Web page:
Parkinson’s disease is a neurological disorder in which nerve cells in the brain begin to either break down or die. The exact causes of Parkinson’s disease are not yet known. While both genetic and environmental factors have both been observed to play a role, no specific cause has been identified.
Parkinson’s disease mainly affects our muscles and usually leads to involuntary tremors, most commonly in the hand, and also makes our muscles stiffer and more difficult to move. Other effects of Parkinson’s include developing a hunched back, and losing the ability to carry out subconscious actions such as blinking.
Effects of Parkinson’s on Speech
Humans need to use as many as 100 muscles to speak, so it should come as no surprise that Parkinson’s will impair a person’s ability to do so. In fact, about 90% of people who develop Parkinson’s will experience changes in the way they speak. Most people will speak more quietly and more slowly, and many will slur, stumble, stammer, and forget words. It is important to remember that Parkinson’s not only effects people physically by reducing the control they have over their muscles, but it also affects people mentally. As Parkinson’s is a neurological disorder, it can often affect people’s memory, vocabulary, train of thought and ability to speak while performing another task.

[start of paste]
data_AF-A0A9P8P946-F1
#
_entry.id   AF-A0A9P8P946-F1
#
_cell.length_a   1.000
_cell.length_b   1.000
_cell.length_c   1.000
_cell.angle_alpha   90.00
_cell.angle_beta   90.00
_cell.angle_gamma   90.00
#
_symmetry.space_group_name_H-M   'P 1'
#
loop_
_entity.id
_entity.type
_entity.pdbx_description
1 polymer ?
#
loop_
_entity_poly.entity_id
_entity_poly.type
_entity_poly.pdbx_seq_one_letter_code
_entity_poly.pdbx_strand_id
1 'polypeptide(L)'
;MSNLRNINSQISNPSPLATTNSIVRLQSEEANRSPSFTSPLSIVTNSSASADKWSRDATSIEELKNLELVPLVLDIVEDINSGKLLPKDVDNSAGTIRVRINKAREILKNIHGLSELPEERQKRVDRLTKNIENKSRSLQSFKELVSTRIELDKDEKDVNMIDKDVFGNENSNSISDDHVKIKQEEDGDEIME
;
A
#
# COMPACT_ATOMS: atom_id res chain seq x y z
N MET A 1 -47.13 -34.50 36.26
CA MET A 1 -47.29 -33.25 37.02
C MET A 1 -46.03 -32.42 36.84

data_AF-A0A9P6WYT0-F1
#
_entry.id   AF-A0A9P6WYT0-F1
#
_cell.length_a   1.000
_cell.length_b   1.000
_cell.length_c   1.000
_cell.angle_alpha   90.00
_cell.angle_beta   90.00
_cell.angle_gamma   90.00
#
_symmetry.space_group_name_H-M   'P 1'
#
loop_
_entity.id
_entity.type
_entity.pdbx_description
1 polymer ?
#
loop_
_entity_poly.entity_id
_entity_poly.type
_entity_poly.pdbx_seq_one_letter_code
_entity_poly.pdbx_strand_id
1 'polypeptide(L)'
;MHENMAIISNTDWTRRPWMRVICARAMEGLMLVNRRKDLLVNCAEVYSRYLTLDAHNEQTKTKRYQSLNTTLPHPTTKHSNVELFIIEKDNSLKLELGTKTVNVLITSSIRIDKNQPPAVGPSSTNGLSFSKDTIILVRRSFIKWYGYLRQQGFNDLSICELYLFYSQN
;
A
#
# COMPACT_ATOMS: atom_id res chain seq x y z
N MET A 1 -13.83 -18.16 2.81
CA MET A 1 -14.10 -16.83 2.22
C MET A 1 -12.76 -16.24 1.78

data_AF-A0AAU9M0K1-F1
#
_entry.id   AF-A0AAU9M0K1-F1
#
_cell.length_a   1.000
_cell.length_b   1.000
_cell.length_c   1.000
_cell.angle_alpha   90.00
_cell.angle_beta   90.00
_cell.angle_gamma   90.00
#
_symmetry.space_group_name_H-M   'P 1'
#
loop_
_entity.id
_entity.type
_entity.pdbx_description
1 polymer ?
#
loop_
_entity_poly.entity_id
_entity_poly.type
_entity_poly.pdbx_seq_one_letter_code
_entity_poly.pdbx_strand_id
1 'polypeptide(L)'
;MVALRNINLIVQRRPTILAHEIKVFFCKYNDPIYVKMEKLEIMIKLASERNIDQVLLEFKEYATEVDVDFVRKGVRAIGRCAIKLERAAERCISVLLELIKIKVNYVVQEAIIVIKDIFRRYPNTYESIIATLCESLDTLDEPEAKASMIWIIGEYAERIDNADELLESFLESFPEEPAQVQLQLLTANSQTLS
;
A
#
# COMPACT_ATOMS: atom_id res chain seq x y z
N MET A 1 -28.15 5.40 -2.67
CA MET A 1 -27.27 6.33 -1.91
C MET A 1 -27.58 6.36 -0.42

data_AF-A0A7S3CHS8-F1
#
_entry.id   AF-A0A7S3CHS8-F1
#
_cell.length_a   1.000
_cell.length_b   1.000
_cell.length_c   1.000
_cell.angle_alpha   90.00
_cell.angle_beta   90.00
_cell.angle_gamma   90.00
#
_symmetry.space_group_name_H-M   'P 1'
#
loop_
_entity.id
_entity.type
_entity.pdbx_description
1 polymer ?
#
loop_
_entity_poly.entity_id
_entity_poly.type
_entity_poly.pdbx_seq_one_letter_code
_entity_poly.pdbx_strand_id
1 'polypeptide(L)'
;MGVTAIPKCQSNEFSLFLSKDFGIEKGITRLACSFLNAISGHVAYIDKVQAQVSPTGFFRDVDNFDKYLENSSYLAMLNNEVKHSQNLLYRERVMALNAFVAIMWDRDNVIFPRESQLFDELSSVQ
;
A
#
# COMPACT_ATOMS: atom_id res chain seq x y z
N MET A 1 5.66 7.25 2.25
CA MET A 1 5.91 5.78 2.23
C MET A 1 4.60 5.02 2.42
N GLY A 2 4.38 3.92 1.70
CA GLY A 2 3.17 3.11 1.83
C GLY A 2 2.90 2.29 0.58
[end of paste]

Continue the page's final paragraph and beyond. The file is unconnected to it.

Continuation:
Similarly, it is important to remember that not all communication is done through speech. Parkinson’s also seriously affects a person’s ability to communicate nonverbally, and also their ability to pick up on the social cues of others.
As mentioned above, there is a huge amount of muscles required for us to speak, so it would be impossible for any average person to identify where a person is struggling with their speech. In fact, trying to force speech out could be training a person into bad habits and could even be counterproductive. It is important to see a speech therapist in order to accurately identify where the difficulties lie, and what exercises would be best to help minimise speech loss and retrain the patient.
With that in mind, and the fact that Parkinson’s is a condition that varies considerably on a case-by-case basis, it is difficult to provide examples of the exact techniques that would be used in therapy. However, there are a number of exercises and techniques common to most cases. For example, there are daily exercises that involve making different sounds, such as “Ahh”. The patient will attempt to increase the volume of the sound, change key and improve general delivery of the sound. The therapist may also train the patient to focus on over-enunciating different letters, speaking at a different speed, using shorter words and sentences, or proper breathing techniques.
Difficulty speaking is known as dysarthria, and is a common symptom for people with Parkinson’s disease. It is closely linked with dysphagia, which is where a patient has difficulty swallowing. This is also common among people with Parkinson’s, and is a condition that can also benefit from working with a speech therapist.